Wednesday, February 15, 2012

Teaching About Ethical Wills

Last week I started teaching a workshop on Ethical Wills at the University of Illinois Extension Office in Bourbonnais, Illinois. With eighteen participants, we’ve had some excellent discussions about the merits and purpose of writing one.

I was delighted with the results of the first home assignments they shared. By the way, it’s important to honor their preferences as far as whether to share any of their thoughts or writing. So when I ask volunteers to read what they’ve come up with, each person has the option to pass, with no questions asked. Since writing can be such a personal experience, I think this is an important distinction.

The majority of the participants are mature women, with a few men and younger ladies thrown in. One woman surprised me by bringing in and reading her father’s Ethical Will, written some thirty years ago. Surprisingly, she also brought one that was written by someone for her brother.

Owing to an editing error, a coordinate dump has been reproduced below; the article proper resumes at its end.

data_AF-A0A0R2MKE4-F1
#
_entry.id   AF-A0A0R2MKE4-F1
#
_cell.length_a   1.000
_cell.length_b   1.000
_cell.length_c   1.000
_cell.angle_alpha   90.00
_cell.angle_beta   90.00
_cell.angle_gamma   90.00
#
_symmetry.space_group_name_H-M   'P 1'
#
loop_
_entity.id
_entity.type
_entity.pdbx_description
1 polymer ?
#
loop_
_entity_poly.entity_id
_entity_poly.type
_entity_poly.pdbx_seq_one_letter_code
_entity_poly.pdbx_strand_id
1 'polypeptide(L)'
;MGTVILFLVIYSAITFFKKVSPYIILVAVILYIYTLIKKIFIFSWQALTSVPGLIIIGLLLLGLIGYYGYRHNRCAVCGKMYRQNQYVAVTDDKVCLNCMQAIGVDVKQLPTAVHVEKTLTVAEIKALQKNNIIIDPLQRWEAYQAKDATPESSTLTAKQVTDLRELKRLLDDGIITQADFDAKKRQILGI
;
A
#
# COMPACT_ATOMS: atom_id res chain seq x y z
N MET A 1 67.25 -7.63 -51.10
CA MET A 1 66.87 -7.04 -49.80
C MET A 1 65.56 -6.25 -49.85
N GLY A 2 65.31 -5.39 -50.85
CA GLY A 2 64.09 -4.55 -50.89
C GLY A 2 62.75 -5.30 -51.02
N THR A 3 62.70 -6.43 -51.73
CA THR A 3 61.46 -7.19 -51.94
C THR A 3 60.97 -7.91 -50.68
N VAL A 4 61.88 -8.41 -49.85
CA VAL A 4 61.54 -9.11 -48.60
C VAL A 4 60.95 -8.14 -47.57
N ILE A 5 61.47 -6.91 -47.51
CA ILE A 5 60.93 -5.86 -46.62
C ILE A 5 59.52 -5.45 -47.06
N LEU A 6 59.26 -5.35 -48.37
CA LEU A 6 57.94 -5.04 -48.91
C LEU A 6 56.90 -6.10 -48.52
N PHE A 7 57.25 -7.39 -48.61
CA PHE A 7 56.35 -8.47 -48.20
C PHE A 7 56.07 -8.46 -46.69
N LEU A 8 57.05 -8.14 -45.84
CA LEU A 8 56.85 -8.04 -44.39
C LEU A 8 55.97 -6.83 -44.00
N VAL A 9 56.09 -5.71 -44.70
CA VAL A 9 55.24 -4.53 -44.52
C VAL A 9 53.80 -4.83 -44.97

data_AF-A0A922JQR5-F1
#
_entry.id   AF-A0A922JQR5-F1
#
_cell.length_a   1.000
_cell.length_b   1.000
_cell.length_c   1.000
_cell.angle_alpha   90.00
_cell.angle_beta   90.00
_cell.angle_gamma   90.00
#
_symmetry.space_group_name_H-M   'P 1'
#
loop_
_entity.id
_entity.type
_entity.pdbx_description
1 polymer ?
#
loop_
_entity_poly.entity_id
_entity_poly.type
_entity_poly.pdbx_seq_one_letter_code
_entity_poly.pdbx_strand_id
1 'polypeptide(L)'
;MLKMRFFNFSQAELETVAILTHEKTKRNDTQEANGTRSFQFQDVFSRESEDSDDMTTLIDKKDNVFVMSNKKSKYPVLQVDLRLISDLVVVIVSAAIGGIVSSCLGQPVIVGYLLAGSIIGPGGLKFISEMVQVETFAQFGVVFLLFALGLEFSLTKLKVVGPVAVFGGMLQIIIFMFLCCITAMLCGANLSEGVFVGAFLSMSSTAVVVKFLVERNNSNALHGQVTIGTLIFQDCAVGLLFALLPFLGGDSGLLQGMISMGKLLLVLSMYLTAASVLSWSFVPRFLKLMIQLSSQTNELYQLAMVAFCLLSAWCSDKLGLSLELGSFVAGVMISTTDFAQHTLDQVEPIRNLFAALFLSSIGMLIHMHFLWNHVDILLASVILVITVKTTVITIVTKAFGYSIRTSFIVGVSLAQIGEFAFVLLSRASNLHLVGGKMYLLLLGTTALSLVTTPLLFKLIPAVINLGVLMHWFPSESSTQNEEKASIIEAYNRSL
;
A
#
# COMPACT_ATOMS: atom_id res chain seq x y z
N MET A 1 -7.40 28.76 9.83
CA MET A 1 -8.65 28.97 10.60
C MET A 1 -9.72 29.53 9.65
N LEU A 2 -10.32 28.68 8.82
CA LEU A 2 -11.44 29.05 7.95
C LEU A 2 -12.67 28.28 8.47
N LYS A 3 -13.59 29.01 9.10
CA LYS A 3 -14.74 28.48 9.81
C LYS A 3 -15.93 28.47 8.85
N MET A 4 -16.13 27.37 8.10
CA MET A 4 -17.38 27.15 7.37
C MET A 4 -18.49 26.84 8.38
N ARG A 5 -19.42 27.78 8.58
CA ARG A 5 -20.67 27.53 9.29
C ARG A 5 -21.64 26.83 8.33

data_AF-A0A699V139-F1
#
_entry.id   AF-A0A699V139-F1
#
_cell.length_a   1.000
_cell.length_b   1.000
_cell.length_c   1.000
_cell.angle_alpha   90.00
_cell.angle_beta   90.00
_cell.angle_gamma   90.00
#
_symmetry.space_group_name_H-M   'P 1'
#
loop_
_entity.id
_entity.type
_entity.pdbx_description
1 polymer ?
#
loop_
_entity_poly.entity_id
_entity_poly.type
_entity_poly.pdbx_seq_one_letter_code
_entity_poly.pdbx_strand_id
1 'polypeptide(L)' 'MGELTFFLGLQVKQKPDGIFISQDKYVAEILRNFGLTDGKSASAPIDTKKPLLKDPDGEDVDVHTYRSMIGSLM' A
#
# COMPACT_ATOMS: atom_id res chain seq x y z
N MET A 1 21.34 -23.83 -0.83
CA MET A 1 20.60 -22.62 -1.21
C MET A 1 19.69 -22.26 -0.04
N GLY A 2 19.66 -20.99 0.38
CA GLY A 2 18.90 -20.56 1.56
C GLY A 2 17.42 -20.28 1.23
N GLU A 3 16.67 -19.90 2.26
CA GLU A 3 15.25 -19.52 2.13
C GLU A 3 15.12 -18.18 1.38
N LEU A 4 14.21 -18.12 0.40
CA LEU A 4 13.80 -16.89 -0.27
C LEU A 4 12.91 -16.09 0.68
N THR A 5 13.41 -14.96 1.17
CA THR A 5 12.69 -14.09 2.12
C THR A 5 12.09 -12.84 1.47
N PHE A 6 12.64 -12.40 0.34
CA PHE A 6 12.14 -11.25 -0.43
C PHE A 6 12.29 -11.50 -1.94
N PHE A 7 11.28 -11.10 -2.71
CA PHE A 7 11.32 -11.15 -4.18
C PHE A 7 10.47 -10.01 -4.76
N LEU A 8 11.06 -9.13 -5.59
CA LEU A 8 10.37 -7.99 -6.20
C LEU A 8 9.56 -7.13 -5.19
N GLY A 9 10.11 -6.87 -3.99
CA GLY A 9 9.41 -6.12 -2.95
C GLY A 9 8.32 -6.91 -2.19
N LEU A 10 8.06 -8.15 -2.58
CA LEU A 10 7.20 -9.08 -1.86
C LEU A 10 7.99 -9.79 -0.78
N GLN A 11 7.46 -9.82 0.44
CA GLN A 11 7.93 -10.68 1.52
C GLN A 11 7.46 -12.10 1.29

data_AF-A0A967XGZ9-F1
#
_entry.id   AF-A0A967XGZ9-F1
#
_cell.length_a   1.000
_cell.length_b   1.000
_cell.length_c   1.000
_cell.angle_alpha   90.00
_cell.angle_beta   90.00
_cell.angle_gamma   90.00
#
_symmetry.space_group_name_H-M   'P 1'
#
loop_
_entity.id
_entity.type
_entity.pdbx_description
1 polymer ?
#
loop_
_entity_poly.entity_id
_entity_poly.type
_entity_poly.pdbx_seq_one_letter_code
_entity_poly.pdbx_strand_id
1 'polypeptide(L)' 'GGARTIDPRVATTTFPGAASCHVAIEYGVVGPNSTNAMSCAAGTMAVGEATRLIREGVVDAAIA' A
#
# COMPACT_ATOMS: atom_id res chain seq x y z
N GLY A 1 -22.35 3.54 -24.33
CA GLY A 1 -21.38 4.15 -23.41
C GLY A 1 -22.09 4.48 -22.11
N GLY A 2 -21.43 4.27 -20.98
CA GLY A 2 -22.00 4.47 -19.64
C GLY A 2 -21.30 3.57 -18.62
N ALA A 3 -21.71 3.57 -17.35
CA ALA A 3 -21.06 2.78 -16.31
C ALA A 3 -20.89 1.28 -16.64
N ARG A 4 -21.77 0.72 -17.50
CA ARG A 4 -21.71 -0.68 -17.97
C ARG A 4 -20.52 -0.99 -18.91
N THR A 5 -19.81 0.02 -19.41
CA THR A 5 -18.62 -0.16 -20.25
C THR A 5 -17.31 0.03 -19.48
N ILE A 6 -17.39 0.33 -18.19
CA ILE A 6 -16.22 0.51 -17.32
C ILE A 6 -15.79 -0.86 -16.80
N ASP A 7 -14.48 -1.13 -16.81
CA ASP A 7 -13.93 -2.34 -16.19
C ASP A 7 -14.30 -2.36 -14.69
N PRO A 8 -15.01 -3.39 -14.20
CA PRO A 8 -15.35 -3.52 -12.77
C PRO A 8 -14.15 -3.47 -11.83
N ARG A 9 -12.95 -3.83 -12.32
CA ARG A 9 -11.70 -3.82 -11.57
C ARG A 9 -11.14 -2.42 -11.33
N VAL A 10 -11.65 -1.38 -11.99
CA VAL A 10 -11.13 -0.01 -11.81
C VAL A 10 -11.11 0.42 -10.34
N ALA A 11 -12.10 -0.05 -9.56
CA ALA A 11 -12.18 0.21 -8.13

Neither document was actually called an Ethical Will, but rather each was a letter to a specific family member. Unfortunately, we seem to have lost the fine art of letter writing. When was the last time you received a letter, especially one with cursive writing?

Wouldn’t you treasure a written letter from a beloved parent, grandparent, or friend who has passed away? If so, please consider writing an Ethical Will to leave for your own loved ones. It doesn’t have to be long or a cumbersome work. In just a paragraph or two, or perhaps a couple of pages, you can leave a precious legacy letter that can be cherished for generations.

Parts of an Ethical Will

1. Opening
2. Your History - Past & Present
3. Life Lessons & Achievements
4. Personal Values & Beliefs
5. Hopes for the Future
6. Closure

Are you ready to start writing your own Ethical Will? Then you’ve come to the right place. Stay tuned for more details on how to create a precious legacy letter.

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